michael wrote:
<< few approaches tell you how to get into the moment or how to deal with what you find there >>

Isn't that what Mihaly Csikszentmihalyi's work on Flow is all about?

http://www.ted.com/talks/mihaly_csikszentmihalyi_on_flow?language=en
January 12, 2015 at 17:06 | Registered CommenterSeraphim
Hi Michael B.
The way you get into a state of flow is to become fully engaged with what you are doing. If you have someplace you must be, set an alarm. If it's one of your natural passions, you might want to set an alarm if you have other things you need to do as well. As long as you're fully engaged, you have no sense of time or anything else for that matter. After all, you are actually fully engaged.

My personal record is 30 hours straight doing an oil painting. I begrudgingly relieved myself when necessary but didn't think about eating or sleeping. I let myself go because I had the entire weekend off. For playing instruments, my trance was usually only about 4-6 hours straight if I was playing alone. If if was jamming with others and feeding on their energy, it could be much longer but since the environment has cueing, it's not a total trance. I've done long reading and writing binges also. I don't know how to force it. Either your brain fully engages or it doesn't.

There's nothing to deal with (other than setting an alarm if you must...). Just ride the wave. I wish I knew how to summons it at will. I consider it a gift when it happens because no matter what I'm doing, flow patterns are always 100% satisfying (and sometimes exhilarating). It feels like pure rapture even if you're working hard and nonstop for many, many hours. Just follow your passions. That's where flow lives.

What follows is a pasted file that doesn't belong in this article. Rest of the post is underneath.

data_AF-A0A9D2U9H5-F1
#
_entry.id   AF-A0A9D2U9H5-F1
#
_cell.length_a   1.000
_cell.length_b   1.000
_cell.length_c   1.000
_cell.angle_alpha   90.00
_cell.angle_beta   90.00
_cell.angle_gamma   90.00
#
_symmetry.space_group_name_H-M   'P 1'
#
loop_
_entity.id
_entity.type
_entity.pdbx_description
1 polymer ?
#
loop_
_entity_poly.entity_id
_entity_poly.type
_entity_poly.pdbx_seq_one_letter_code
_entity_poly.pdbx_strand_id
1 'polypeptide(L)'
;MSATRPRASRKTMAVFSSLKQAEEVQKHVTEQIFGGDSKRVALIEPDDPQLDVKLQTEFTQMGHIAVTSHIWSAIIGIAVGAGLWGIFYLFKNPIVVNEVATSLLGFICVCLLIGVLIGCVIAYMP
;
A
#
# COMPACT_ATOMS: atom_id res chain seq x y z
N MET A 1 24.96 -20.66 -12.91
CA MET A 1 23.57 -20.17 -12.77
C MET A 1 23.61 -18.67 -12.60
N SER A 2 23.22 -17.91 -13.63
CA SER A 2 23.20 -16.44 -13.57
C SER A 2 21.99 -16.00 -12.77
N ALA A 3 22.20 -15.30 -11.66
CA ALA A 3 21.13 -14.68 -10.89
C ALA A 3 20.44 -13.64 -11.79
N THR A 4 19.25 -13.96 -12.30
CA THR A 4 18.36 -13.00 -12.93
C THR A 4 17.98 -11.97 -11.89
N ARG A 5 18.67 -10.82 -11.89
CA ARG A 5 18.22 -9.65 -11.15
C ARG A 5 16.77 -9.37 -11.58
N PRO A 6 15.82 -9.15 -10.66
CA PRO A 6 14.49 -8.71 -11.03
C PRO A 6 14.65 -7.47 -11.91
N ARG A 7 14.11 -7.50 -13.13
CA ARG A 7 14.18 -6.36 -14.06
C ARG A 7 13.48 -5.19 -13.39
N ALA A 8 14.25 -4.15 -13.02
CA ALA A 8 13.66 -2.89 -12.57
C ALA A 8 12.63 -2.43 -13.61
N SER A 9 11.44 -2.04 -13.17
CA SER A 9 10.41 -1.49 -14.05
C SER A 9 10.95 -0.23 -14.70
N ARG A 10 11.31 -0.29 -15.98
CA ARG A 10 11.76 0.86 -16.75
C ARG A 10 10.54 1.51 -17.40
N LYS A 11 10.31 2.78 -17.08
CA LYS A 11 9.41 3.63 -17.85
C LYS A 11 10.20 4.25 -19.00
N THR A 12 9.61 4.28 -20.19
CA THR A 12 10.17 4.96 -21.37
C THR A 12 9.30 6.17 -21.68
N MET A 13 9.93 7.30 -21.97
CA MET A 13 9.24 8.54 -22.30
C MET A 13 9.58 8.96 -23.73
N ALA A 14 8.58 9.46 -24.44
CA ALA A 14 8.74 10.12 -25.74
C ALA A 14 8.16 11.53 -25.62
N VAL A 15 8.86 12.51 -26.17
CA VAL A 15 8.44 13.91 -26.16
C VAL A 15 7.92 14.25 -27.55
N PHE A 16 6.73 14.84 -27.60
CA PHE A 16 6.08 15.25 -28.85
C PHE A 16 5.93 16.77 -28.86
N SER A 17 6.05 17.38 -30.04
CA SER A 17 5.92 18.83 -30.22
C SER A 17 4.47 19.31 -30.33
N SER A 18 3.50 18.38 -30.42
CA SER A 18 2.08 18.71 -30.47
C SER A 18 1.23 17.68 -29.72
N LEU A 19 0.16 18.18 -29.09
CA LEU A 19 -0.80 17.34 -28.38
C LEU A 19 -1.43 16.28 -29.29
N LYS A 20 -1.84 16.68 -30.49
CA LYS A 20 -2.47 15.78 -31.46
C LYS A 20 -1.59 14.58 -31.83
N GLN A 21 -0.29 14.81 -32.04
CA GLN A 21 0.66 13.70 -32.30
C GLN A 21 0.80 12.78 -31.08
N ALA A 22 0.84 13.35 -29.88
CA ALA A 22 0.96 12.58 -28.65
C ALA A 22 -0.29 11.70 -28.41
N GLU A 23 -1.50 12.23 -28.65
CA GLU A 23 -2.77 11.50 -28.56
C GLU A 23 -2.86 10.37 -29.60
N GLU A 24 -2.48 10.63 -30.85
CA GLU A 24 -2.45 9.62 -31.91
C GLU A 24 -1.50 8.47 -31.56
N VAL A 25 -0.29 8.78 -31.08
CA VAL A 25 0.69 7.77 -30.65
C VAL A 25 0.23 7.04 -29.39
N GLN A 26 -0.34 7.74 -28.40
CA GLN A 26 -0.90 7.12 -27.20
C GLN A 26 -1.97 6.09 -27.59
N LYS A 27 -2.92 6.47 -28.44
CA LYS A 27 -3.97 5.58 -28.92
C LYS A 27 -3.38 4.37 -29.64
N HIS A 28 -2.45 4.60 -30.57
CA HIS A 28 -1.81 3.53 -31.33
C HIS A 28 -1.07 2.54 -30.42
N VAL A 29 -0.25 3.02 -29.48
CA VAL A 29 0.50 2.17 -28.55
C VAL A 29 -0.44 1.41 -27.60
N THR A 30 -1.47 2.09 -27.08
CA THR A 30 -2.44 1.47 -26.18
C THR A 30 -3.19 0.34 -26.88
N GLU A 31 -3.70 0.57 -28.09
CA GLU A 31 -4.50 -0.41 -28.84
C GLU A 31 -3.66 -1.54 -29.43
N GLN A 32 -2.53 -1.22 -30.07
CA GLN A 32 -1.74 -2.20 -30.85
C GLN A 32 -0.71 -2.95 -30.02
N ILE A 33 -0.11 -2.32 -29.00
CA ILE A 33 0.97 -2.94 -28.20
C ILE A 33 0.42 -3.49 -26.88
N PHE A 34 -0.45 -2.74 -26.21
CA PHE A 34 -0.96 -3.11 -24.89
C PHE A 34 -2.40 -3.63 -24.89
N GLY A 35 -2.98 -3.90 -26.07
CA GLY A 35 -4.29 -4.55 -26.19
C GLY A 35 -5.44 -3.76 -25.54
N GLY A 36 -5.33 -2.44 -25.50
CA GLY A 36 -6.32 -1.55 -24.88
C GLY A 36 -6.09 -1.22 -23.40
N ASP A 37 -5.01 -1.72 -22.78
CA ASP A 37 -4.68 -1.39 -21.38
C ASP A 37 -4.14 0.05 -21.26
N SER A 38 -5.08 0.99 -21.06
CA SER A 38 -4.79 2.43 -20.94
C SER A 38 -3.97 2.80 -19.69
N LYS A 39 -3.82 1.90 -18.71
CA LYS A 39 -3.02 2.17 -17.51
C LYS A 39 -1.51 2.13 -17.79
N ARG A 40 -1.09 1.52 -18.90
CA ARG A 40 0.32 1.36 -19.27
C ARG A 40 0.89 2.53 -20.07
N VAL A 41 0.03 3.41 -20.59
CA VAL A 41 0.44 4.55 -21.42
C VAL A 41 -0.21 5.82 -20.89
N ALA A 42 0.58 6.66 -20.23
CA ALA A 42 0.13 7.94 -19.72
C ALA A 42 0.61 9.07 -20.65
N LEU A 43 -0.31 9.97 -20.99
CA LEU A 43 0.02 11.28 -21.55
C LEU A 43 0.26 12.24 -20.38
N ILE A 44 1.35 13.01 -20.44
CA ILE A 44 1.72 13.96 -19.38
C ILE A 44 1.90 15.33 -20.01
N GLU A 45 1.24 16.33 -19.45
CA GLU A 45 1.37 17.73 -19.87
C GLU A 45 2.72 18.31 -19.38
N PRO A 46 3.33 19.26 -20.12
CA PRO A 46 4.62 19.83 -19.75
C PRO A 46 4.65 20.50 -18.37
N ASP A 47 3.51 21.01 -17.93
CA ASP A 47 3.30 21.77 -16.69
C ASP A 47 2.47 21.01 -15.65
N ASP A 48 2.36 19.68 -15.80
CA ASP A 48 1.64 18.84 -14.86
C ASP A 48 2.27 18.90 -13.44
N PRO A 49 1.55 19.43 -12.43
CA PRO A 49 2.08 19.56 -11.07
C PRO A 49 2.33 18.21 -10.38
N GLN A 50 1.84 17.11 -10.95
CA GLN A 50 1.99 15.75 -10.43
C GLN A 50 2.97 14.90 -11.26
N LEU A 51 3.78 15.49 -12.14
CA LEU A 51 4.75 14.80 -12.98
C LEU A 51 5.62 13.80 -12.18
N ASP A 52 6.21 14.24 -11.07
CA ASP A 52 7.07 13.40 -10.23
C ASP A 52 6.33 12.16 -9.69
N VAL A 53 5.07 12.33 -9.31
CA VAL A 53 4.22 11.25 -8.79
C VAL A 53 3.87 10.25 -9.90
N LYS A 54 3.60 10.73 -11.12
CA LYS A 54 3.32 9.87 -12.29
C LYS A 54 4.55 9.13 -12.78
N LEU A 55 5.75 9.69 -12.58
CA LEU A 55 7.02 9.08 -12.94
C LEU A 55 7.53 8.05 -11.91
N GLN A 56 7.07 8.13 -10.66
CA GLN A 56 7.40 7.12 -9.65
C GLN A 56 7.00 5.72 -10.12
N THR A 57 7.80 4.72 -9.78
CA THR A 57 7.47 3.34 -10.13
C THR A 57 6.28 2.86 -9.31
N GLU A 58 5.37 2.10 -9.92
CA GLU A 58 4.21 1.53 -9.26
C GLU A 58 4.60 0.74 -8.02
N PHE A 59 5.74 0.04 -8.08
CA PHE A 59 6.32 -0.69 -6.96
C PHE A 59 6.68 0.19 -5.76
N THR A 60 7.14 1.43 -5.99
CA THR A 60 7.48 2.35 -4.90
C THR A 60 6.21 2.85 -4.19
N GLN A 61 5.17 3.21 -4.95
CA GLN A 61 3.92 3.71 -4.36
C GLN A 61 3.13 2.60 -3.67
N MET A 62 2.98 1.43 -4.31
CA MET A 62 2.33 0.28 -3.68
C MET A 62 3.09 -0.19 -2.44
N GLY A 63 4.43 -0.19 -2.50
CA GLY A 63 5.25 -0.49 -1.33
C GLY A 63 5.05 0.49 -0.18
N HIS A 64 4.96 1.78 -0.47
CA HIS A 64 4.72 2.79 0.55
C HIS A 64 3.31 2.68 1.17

January 12, 2015 at 20:01 | Unregistered Commenterlearning as I go
learning as I go:

I believe your reply was meant for michael.
January 13, 2015 at 0:20 | Registered CommenterMichael B.
Hi Michael B.
I apologize.
January 13, 2015 at 1:35 | Unregistered Commenterlearning as I go
@mark: <<"highlight the paradox between having goals and being in the moment". >>

I believe you have read War and Peace? You may recall that Pierre Bezukhov has to lose all expectation of personal gratification and goal achievement before he is able to live in the here and now.
January 23, 2015 at 10:17 | Unregistered Commentermichael
..."He experienced the feeling of a man who has found what he was seeking under his own feet, while he had been straining his eyes looking far away from himself. All his life he had looked off somewhere, above the heads of the people around him, yet there was no need to strain his eyes, but only to look right in front of him."

- http://www.gutenberg.org/files/2600/2600-h/2600-h.htm chapter 12
January 23, 2015 at 10:48 | Unregistered Commentermichael
michael:

<< You may recall that Pierre Bezukhov has to lose all expectation of personal gratification... >>

That would be apart from marrying the woman he has loved hopelessly for years, would it? Here's four chapters further on when he unexpectedly meets (and at first doesn't recognize) Natasha at Princess Maria's:

"Pierre's confusion had now almost vanished, but at the same time he felt that his freedom had also completely gone. He felt that there was now a judge of his every word and action whose judgment mattered more to him than that of all the rest of the world. As he spoke now he was considering what impression his words would make on Natasha. He did not purposely say things to please her, but whatever he was saying he regarded from her standpoint. "